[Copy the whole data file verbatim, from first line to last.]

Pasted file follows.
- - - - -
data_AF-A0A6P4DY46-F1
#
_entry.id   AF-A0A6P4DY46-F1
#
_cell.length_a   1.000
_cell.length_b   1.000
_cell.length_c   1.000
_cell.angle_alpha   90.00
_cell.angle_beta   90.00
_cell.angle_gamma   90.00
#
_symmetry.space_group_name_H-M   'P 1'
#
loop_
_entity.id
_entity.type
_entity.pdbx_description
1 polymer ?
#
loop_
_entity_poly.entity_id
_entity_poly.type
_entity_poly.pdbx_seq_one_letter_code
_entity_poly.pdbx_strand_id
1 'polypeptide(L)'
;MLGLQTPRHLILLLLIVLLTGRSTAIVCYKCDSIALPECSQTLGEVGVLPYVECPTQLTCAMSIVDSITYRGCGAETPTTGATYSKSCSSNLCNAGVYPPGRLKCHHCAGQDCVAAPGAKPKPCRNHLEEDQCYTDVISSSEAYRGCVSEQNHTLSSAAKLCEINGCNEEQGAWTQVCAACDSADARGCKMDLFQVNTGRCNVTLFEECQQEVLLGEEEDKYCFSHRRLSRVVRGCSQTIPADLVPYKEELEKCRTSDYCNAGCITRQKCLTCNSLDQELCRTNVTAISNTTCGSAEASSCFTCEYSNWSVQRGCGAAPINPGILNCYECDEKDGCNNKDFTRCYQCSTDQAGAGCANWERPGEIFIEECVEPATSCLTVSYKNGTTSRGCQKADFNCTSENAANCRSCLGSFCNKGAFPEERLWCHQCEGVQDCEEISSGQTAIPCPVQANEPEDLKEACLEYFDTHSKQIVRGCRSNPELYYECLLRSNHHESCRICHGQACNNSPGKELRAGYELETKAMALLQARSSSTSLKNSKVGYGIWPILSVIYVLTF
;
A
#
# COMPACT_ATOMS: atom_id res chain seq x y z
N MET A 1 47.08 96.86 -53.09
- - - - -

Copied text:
data_AF-A0A6P4DY46-F1
#
_entry.id   AF-A0A6P4DY46-F1
#
_cell.length_a   1.000
_cell.length_b   1.000
_cell.length_c   1.000
_cell.angle_alpha   90.00
_cell.angle_beta   90.00
_cell.angle_gamma   90.00
#
_symmetry.space_group_name_H-M   'P 1'
#
loop_
_entity.id
_entity.type
_entity.pdbx_description
1 polymer ?
#
loop_
_entity_poly.entity_id
_entity_poly.type
_entity_poly.pdbx_seq_one_letter_code
_entity_poly.pdbx_strand_id
1 'polypeptide(L)'
;MLGLQTPRHLILLLLIVLLTGRSTAIVCYKCDSIALPECSQTLGEVGVLPYVECPTQLTCAMSIVDSITYRGCGAETPTTGATYSKSCSSNLCNAGVYPPGRLKCHHCAGQDCVAAPGAKPKPCRNHLEEDQCYTDVISSSEAYRGCVSEQNHTLSSAAKLCEINGCNEEQGAWTQVCAACDSADARGCKMDLFQVNTGRCNVTLFEECQQEVLLGEEEDKYCFSHRRLSRVVRGCSQTIPADLVPYKEELEKCRTSDYCNAGCITRQKCLTCNSLDQELCRTNVTAISNTTCGSAEASSCFTCEYSNWSVQRGCGAAPINPGILNCYECDEKDGCNNKDFTRCYQCSTDQAGAGCANWERPGEIFIEECVEPATSCLTVSYKNGTTSRGCQKADFNCTSENAANCRSCLGSFCNKGAFPEERLWCHQCEGVQDCEEISSGQTAIPCPVQANEPEDLKEACLEYFDTHSKQIVRGCRSNPELYYECLLRSNHHESCRICHGQACNNSPGKELRAGYELETKAMALLQARSSSTSLKNSKVGYGIWPILSVIYVLTF
;
A
#
# COMPACT_ATOMS: atom_id res chain seq x y z
N MET A 1 47.08 96.86 -53.09